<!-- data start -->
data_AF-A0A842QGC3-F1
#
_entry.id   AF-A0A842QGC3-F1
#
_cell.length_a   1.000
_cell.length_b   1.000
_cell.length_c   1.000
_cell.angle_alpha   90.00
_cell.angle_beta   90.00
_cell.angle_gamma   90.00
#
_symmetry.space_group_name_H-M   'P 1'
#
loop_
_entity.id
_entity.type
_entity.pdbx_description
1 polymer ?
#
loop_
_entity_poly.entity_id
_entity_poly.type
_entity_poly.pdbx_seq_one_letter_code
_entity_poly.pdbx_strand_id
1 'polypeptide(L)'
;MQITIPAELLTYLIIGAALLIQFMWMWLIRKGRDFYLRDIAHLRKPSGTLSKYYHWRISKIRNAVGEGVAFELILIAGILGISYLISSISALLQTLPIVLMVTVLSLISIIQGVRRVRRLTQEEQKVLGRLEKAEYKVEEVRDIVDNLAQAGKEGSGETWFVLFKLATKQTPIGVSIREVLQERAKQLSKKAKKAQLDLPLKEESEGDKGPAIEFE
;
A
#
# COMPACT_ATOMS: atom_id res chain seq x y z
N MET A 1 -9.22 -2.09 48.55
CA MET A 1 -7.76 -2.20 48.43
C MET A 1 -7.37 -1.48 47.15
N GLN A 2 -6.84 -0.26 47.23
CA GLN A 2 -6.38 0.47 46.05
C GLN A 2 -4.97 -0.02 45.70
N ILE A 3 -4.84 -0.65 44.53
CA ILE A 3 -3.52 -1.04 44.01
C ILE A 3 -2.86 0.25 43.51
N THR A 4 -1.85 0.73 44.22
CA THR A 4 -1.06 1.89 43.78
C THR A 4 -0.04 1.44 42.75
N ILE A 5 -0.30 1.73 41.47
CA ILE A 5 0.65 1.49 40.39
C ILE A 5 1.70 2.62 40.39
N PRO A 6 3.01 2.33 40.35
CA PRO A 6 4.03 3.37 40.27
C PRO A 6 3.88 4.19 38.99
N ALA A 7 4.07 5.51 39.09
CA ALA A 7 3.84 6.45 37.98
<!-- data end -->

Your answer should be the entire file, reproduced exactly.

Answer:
data_AF-A0A842QGC3-F1
#
_entry.id   AF-A0A842QGC3-F1
#
_cell.length_a   1.000
_cell.length_b   1.000
_cell.length_c   1.000
_cell.angle_alpha   90.00
_cell.angle_beta   90.00
_cell.angle_gamma   90.00
#
_symmetry.space_group_name_H-M   'P 1'
#
loop_
_entity.id
_entity.type
_entity.pdbx_description
1 polymer ?
#
loop_
_entity_poly.entity_id
_entity_poly.type
_entity_poly.pdbx_seq_one_letter_code
_entity_poly.pdbx_strand_id
1 'polypeptide(L)'
;MQITIPAELLTYLIIGAALLIQFMWMWLIRKGRDFYLRDIAHLRKPSGTLSKYYHWRISKIRNAVGEGVAFELILIAGILGISYLISSISALLQTLPIVLMVTVLSLISIIQGVRRVRRLTQEEQKVLGRLEKAEYKVEEVRDIVDNLAQAGKEGSGETWFVLFKLATKQTPIGVSIREVLQERAKQLSKKAKKAQLDLPLKEESEGDKGPAIEFE
;
A
#
# COMPACT_ATOMS: atom_id res chain seq x y z
N MET A 1 -9.22 -2.09 48.55
CA MET A 1 -7.76 -2.20 48.43
C MET A 1 -7.37 -1.48 47.15
N GLN A 2 -6.84 -0.26 47.23
CA GLN A 2 -6.38 0.47 46.05
C GLN A 2 -4.97 -0.02 45.70
N ILE A 3 -4.84 -0.65 44.53
CA ILE A 3 -3.52 -1.04 44.01
C ILE A 3 -2.86 0.25 43.51
N THR A 4 -1.85 0.73 44.22
CA THR A 4 -1.06 1.89 43.78
C THR A 4 -0.04 1.44 42.75
N ILE A 5 -0.30 1.73 41.47
CA ILE A 5 0.65 1.49 40.39
C ILE A 5 1.70 2.62 40.39
N PRO A 6 3.01 2.33 40.35
CA PRO A 6 4.03 3.37 40.27
C PRO A 6 3.88 4.19 38.99
N ALA A 7 4.07 5.51 39.09
CA ALA A 7 3.84 6.45 37.98